Tips for Resolving Conflict with Your Hebrew BFF
As members of a small minority faith, having a best friend in that same faith means the world. Our Chrisitan friends put up with us (or dump us), but a Hebraic thinking BFF can be gold! Read our tips on dealing with conflict with your BFF below.
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You absolutely love your Hebrew BFF, but if you have to put up with one more of her snide remarks, you’ll go crazy. So how do you resolve conflict when the person you conflict with is the very same person who’s always had your back? For whom you would do anything?
Getting into a conflict with a BFF is terrifying territory. When fights happen, they can go downhill fast. More often than not, it’s easier to just put up with whatever is causing the conflict.
Or so we think. But is that healthy? Is that a long term solution? You know the answer.
The good news is you can often resolve a conflict with your BFF – and you don’t usually have to end the friendship to do it. Self-awareness is key here if she has been avoiding conflict, but you know in your bones something is wrong – do a little detective work and praying. If you can go into conflict resolution with an introspective mindset, ready to own your part, you are more likely to save the friendship.
Tell your friend you’d like to talk – and listen!
That is perhaps the hardest step of all. Confrontation is difficult, and especially so when the outcome matters so very much. Here’s where you need to be bold and speak up.
Set up a ‘date’ for the two of you, where you can meet on neutral ground and be without interruptions.
That’s especially important because you want to convey to your friend that your time together is important to you, and you do genuinely want to listen to what they have to say. You need to listen if you love this person. Conflict with your BFF requires heart time.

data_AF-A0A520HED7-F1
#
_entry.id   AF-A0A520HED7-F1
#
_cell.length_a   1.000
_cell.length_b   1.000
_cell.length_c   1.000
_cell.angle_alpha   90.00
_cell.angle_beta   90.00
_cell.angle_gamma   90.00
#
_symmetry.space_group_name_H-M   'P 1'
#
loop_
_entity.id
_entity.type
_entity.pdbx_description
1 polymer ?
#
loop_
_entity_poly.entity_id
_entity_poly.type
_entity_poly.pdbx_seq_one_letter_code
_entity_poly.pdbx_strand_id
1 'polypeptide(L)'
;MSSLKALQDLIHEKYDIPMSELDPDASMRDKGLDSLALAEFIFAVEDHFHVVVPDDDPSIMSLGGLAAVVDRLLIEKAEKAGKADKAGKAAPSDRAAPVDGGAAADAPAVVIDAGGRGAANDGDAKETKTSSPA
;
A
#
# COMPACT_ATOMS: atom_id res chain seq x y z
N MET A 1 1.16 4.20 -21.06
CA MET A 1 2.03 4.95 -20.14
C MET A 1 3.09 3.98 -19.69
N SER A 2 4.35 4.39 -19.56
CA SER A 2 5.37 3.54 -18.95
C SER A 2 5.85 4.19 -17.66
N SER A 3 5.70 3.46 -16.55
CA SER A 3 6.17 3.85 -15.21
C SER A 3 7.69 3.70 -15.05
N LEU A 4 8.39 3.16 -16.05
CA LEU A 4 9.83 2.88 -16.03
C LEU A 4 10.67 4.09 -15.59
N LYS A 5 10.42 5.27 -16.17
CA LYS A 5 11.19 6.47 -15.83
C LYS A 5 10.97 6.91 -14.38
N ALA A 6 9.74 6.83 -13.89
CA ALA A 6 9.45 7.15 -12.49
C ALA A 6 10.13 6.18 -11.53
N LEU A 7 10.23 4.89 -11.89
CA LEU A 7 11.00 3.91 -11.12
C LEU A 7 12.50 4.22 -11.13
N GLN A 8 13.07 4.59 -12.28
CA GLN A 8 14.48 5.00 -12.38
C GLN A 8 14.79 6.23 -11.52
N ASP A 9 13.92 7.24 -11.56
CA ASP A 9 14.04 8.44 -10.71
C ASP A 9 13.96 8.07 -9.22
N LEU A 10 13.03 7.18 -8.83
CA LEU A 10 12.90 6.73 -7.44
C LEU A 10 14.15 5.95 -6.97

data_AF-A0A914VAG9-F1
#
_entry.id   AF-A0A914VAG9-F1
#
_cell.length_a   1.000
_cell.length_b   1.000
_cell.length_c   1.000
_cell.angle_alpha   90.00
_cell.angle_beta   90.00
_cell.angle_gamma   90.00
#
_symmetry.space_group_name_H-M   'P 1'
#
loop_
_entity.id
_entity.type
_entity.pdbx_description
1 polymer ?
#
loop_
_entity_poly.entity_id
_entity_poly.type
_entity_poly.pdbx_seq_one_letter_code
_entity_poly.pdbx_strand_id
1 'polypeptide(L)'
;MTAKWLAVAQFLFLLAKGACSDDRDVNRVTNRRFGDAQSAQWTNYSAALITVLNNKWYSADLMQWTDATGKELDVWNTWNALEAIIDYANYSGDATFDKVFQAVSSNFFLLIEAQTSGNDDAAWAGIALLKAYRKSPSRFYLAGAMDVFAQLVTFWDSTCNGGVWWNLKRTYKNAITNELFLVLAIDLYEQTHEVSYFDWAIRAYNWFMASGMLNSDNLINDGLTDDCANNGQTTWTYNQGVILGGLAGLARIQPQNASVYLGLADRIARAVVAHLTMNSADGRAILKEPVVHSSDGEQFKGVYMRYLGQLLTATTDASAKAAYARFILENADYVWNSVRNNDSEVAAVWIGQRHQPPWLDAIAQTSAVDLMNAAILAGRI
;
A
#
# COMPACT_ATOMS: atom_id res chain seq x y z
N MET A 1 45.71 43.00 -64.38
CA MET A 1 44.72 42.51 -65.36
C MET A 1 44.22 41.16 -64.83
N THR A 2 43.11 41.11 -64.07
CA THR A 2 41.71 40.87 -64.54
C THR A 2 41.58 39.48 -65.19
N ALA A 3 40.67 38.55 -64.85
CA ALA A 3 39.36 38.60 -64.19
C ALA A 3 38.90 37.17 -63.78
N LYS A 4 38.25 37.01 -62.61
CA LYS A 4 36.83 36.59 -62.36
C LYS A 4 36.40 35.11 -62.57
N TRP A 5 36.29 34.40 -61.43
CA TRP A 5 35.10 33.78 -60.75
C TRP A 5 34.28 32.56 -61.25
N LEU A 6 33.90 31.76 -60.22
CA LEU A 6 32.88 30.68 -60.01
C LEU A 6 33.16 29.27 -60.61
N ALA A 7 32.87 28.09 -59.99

When speaking your piece, remember to use “I” statements.
The focus on this part of the conversation is on what you’re thinking and feeling. You’re not here to accuse anyone of anything. Remember, the focus here is on what has caused you the frustration, and how that incident has affected you.
Now it’s your friend’s turn, and you get to listen.
Active listening is an important skill. By staying quiet and asking only questions to clarify, you show the other person that you care what they’re saying. When they’ve finished talking, repeat back what you heard them say so that you know for certain that you understood their point of view.
Look for the compromise, strive to understand.
It isn’t a competition, and you’re not out to ‘win’ – you’re here to save the friendship. Is there any common ground where you both had a mutual positive that you expressed? If so, is there some solution you can work around that?
If there is no solution, then ask yourself why.
Were you perhaps in the wrong? Or are they not ready to listen? If you’re dealing with a big issue (like you worry that they drink too much), it might be they’re not prepared to admit they have a problem. If you were wrong, maybe it’s time to apologize.
“As iron sharpens iron, so a friend sharpens a friend.”Proverbs 27:17
Resolving conflict with your BFF is hard work. Especially as a part of Hebraic fellowships. There is already undue strife and division it is easy for relationships to fall into that ugly void.
But in the end, it’s worth it.
Friendships tend to come out of conflicts stronger than ever.
That alone makes conflict resolution an attractive alternative to an argument, or worse, letting a conflict fester within you, for when that happens, your love dies within you. You’ll lose affection and, in the long run, lose the friendship.
“When friends disappoint or reject us, we might foster resentment and bitterness. In these times, we must ask God what to do, since those sins block our relationship with Him.”Messianic Bible
A little discomfort now in terms of talking and listening is well worth a relationship saved.Silver-Plated Yemenite (Kudu) Shofar